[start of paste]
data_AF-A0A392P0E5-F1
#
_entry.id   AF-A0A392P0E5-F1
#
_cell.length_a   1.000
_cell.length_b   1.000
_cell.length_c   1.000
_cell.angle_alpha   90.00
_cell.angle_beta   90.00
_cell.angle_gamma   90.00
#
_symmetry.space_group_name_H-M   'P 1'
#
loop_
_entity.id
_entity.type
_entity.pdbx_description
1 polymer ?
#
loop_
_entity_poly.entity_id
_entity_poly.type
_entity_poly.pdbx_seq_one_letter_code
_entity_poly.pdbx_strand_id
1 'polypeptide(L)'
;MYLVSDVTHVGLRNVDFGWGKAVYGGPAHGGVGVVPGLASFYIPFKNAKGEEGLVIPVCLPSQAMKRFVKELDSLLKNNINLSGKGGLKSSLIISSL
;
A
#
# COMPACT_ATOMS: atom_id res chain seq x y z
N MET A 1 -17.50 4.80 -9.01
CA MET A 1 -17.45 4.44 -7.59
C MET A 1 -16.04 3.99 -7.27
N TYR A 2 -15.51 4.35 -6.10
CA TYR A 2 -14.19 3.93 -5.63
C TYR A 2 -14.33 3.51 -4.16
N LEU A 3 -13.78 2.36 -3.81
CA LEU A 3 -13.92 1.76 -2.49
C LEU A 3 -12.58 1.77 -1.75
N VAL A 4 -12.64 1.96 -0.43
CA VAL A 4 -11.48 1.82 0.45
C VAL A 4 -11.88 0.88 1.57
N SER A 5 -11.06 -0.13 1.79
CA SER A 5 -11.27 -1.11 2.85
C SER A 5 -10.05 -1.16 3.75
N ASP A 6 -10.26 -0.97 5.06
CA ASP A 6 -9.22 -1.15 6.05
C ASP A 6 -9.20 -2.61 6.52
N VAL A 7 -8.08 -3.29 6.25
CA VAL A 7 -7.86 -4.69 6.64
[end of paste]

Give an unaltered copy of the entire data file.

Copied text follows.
data_AF-A0A392P0E5-F1
#
_entry.id   AF-A0A392P0E5-F1
#
_cell.length_a   1.000
_cell.length_b   1.000
_cell.length_c   1.000
_cell.angle_alpha   90.00
_cell.angle_beta   90.00
_cell.angle_gamma   90.00
#
_symmetry.space_group_name_H-M   'P 1'
#
loop_
_entity.id
_entity.type
_entity.pdbx_description
1 polymer ?
#
loop_
_entity_poly.entity_id
_entity_poly.type
_entity_poly.pdbx_seq_one_letter_code
_entity_poly.pdbx_strand_id
1 'polypeptide(L)'
;MYLVSDVTHVGLRNVDFGWGKAVYGGPAHGGVGVVPGLASFYIPFKNAKGEEGLVIPVCLPSQAMKRFVKELDSLLKNNINLSGKGGLKSSLIISSL
;
A
#
# COMPACT_ATOMS: atom_id res chain seq x y z
N MET A 1 -17.50 4.80 -9.01
CA MET A 1 -17.45 4.44 -7.59
C MET A 1 -16.04 3.99 -7.27
N TYR A 2 -15.51 4.35 -6.10
CA TYR A 2 -14.19 3.93 -5.63
C TYR A 2 -14.33 3.51 -4.16
N LEU A 3 -13.78 2.36 -3.81
CA LEU A 3 -13.92 1.76 -2.49
C LEU A 3 -12.58 1.77 -1.75
N VAL A 4 -12.64 1.96 -0.43
CA VAL A 4 -11.48 1.82 0.45
C VAL A 4 -11.88 0.88 1.57
N SER A 5 -11.06 -0.13 1.79
CA SER A 5 -11.27 -1.11 2.85
C SER A 5 -10.05 -1.16 3.75
N ASP A 6 -10.26 -0.97 5.06
CA ASP A 6 -9.22 -1.15 6.05
C ASP A 6 -9.20 -2.61 6.52
N VAL A 7 -8.08 -3.29 6.25
CA VAL A 7 -7.86 -4.69 6.64